January is a good time to be a teacher in New Orleans; you have the first half of the year behind you, you are (hopefully) refreshed from your two-week hiatus, and you have a Monday holiday the second week back. Add in a week-long Mardi Gras break for early February (this year, anyway) and spring semester tends to zip right along.
It has been a busy start to the year – I can tell, because the pile of scraps of paper with various notes and jottings on them that come out of my pockets at the end of the day and get put on my nightstand are at March height already.
That, and I realized haven’t posted anything on my blog since January sixth. Twenty-days is my longest post-less stretch in the three years of writing this blog. Guess I need to start wading through the scrap pile.
So, meanwhile, back at the (classroom) ranch…
The return to the classroom following Christmas break gave me three fresh sophomore English classes to wrangle. This is notable on a few fronts: it’s the first semester of my career that I have had just one class prep (subject to teach) and it is also the first semester of my teaching career where everything I am teaching I have taught before. Those two occurrences greatly streamline my lesson planning, as I am mostly modifying what I did last semester, tweaking a few things, adding some others, changing dates on them before turning them in. For me, this is almost teacher heaven: one prep, same material, mostly put together.
I’ll enjoy this for a while. Good thing I’m not a fatalist.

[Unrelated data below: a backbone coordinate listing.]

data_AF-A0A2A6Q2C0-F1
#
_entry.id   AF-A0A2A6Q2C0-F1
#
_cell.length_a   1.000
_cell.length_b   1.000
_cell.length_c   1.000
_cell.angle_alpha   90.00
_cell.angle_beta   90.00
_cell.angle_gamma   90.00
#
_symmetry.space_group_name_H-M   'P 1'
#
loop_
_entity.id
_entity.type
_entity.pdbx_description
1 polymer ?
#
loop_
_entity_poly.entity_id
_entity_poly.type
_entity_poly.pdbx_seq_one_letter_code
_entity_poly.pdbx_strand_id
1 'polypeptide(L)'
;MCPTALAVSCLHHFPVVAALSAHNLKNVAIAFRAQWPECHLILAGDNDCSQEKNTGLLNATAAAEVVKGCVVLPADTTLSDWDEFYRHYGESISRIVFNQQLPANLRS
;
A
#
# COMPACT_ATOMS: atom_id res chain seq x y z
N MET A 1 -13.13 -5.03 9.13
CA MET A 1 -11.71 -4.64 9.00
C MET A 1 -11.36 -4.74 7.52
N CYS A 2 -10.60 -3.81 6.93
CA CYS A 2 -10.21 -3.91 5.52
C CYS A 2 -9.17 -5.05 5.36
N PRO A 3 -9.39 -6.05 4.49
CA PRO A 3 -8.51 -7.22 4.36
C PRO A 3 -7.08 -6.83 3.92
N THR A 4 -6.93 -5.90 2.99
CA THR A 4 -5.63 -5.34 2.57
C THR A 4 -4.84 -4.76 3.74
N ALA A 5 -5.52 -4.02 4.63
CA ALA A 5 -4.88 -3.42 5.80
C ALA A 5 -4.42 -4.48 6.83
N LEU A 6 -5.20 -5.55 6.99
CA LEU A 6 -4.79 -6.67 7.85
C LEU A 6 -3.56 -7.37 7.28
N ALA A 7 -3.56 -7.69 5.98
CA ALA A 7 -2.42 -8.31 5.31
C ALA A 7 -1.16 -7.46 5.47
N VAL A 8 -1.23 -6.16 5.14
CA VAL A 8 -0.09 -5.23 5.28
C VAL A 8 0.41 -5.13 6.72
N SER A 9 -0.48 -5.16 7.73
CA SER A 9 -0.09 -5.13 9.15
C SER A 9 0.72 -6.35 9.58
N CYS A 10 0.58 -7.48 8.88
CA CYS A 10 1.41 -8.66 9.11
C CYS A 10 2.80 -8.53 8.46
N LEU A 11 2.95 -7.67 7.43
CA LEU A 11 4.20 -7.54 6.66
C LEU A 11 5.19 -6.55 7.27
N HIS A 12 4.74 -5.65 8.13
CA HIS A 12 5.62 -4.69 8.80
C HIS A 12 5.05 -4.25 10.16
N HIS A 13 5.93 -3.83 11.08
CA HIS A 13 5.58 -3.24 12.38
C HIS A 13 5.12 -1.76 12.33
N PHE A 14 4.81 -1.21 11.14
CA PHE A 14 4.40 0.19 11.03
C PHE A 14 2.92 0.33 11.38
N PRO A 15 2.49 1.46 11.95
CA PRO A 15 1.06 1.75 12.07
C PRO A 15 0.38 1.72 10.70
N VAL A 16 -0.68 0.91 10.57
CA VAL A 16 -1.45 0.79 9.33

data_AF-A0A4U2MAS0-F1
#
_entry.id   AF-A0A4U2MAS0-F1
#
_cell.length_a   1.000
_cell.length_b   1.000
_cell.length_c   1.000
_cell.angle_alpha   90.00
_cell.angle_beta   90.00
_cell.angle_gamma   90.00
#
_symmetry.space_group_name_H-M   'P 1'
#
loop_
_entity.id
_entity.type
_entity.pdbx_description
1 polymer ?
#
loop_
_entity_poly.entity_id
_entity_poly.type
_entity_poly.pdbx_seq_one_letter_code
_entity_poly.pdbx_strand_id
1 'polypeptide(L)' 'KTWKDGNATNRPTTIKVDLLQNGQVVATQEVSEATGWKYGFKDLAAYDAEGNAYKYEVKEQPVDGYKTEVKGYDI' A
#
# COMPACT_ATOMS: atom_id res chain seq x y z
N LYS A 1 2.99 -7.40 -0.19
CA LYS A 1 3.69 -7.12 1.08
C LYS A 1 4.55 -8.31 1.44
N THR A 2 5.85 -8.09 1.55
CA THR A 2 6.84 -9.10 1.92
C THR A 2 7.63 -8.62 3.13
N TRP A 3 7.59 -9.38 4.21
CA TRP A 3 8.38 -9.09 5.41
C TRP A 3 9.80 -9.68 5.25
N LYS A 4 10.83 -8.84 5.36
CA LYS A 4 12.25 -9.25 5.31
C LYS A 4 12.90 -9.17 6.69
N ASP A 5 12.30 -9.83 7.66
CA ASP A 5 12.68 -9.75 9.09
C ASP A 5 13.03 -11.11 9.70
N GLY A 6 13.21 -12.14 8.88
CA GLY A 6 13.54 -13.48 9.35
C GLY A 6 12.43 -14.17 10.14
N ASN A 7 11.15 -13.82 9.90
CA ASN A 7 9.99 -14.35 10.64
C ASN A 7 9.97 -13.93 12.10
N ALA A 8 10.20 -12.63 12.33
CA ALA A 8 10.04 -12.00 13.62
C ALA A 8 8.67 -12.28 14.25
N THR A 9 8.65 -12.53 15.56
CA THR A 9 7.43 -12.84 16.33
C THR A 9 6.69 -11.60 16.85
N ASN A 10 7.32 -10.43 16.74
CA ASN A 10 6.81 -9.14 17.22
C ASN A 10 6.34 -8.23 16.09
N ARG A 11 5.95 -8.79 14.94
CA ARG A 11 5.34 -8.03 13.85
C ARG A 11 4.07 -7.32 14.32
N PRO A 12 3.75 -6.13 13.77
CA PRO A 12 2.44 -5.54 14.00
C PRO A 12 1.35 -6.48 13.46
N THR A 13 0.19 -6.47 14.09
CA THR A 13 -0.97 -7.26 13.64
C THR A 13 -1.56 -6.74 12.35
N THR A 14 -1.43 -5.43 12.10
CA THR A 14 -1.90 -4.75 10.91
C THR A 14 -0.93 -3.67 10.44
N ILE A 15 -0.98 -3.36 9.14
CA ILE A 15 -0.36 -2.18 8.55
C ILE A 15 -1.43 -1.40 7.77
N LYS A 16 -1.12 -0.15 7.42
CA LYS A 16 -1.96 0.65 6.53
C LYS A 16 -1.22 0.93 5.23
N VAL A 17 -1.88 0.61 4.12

As always, each class has its own personality, and one of my new ones has a unique persona: they are very quiet. They don’t chat with each other much, and they don’t engage in classroom discussions at all. They refuse to read anything aloud in group settings. The discipline issues are few and minor, and for the most part, they do their work.
They are actually sort of boring, and that makes them one of my tougher classes of late: it is really hard when you can’t find something to engage the group with. Even objecting to what we are doing would be welcome, but they didn’t even do much of that. They would just plod through whatever I threw at them, until I blindly stumbled across their trigger point.
They love sarcasm.
Part of my class structure involves is posting and having my students copy down a daily agenda, so they always have at their disposal a running record of what we are doing/supposed to be doing. To that end, as they are high school students, I usually don’t answer the question “What page are we on”? because, as I have told them repeatedly, between the agenda and just having a general sense of what we are doing at their age, they should be able to look at their agenda and/or the index of a textbook to discern what page we are on.
About a week ago, I was transitioning from one activity to another, which required them to use a text we don’t normally use. A number of kids quickly, lazily (in my view, which they disagree with) mumbled “What page we on”? My response was a less-than- laconic, “Look at your agenda, look it up in the book”. I paused briefly, sighed. “I know, I know, mean old Mr. Lucker is making his high school students work at something! Look something up! Figure out where we are! Having you do it for yourselves makes you guys think that I’m the lazy one, but oh well”!
A brief moment of complete silence was followed by a lone student sitting right in front of where I was standing. he looked up at me with wondrous eyes and said, “Man, that was sarcasm. Good sarcasm. That was very cool”!
I stared at the kid. “Sorry, was it a bit much for you”?
“No, man! That was heavy sarcasm. It was great”!
Murmurs of approval rippled through the class along with the sound of books being opened and pages being turned. The jump in the energy level was palpable.
Since that day, the group has been more engaged (they still won’t read aloud) but their interactions with me and each other are more frequent, and they almost egg me on to say something sarcastic, which I generally try to avoid, so I have opted for comments more irreverent and esoteric on matters obscure and routine. They lap it up.